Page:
Installing Curved Deck Steps
There are several different methods for installing curved deck steps. Some involve purchasing kits or ready-made steps, and other can be extremely complex. Luckily for most people, there are some simple steps that even a novice home builder can use to install a professional looking set of curved deck steps.
Step 1: The Key to Curved Steps
The most important aspect of installing curved deck steps is to set the degree or angle of the curve. To do this, use a protractor and draw out the curve, measure the degree of the turn. A bevel square is a tool used to set an angle for carpentry work. To set it, loosen the wing nut on one end, and slide the metal bar outward to desired angle and then tighten the wing nut down. This angle is the key to building a set of curved steps.
Step 2: The First Riser
When building decks or other wood projects, making some sort of template can save you a great deal of hassle. For this example, the first tread will be the piece used to mark the rest of the steps. Using the bevel square, which is already pre-set for the correct angle, mark a riser. Lay the metal edge of the square so that it begins at the inside corner of the tread's long side and gradually extends inward along the length of the wood. Mark a line along the side of the metal bar facing the deck side of the tread. With a carpenter's level, extend the mark across the length of the riser. Cut the riser.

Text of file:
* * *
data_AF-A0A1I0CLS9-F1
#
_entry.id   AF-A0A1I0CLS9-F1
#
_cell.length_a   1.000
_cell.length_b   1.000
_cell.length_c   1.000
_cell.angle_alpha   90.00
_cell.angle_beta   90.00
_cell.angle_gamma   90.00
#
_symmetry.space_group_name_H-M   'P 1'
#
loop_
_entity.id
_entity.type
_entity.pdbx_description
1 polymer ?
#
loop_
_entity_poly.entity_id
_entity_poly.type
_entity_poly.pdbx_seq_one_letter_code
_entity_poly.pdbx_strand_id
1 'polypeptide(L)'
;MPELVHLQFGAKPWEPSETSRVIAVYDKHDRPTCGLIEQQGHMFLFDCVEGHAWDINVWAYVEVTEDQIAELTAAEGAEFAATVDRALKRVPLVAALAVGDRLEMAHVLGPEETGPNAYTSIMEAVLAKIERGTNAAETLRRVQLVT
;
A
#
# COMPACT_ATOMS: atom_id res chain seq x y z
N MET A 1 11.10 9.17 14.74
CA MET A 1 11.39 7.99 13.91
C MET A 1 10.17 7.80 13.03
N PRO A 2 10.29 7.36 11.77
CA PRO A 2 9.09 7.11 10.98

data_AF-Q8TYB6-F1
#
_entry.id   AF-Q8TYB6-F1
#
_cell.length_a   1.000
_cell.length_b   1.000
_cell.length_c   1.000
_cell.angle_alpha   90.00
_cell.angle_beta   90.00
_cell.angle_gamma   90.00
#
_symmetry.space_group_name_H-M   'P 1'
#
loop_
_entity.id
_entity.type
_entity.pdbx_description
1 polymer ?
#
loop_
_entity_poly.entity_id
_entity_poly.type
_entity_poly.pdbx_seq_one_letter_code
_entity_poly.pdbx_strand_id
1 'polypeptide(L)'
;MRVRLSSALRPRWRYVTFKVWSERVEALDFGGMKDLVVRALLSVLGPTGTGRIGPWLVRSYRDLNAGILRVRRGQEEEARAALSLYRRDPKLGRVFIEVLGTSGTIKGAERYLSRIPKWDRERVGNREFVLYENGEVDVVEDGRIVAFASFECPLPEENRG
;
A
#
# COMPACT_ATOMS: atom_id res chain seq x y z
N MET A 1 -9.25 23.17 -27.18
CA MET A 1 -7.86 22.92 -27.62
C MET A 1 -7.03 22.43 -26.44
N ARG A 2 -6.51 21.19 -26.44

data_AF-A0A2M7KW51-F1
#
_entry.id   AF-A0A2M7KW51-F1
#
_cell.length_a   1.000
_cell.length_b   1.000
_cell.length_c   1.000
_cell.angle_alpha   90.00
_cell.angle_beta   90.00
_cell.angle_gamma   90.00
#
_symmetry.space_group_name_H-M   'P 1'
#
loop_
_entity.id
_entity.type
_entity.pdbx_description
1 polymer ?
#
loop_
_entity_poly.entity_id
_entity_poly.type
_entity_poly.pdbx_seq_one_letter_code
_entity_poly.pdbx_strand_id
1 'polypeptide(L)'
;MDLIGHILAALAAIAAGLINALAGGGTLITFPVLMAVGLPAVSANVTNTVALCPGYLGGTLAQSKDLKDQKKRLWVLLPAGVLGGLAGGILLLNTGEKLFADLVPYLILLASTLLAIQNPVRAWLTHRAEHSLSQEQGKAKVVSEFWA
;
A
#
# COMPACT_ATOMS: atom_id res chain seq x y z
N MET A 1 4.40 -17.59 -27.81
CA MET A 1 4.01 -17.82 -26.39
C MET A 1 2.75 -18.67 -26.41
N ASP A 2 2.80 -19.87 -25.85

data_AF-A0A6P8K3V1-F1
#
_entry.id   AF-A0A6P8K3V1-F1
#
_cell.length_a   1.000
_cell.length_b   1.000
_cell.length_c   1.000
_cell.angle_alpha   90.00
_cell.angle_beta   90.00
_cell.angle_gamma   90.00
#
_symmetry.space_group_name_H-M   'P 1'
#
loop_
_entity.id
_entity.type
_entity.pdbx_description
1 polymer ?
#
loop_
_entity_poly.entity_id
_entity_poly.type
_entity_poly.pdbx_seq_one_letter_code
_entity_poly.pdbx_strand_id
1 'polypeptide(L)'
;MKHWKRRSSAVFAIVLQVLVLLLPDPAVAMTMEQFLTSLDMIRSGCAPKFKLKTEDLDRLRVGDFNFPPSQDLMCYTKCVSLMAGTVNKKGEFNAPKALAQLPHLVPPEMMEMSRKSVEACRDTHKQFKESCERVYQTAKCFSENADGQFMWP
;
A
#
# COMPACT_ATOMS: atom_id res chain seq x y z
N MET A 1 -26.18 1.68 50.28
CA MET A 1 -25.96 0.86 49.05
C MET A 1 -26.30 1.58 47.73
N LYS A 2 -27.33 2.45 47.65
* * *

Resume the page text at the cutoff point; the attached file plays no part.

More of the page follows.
Step 3: Pre-Cutting
Using the first tread, mark and cut the remaining risers. As each one is cut, you can place them edge to edge to describe the curve being defined. If each tread contains more than one piece of material, each piece must be cut with the same angle.
Step 4: Step Posts
You will need to set two posts for each step, using 4 x 4 material. The height of each pair will be flush with the bottom of that tread. Using long screws, attach a piece of 2 x 4 between each post the the preceding post. These boards will support treads. This is not the most elegant method, but it is a simple way to achieve our goal with minimum expense and experience. Alternatives include purchasing precut stringers or boxing in the steps with plywood.
Step 5: Install the Treads
Place each piece of material in place, starting at the top and working down the steps. Attach the treads using 2 inch wood screws. When all of the treads have been installed, use a jigsaw and trim the outer curve to smooth out the slight corners produced by the angled tread cuts.
Step 6: Handrails
If more than 3 step are involved, it is a good idea to install hand rails. This helps to prevent falls, and prevents someone from accidentally stepping off the edge, a common mistake on curved steps. Most hardware stores will have hand rail assemblies in both wood and metal designs that can be attached directly to the top of the treads.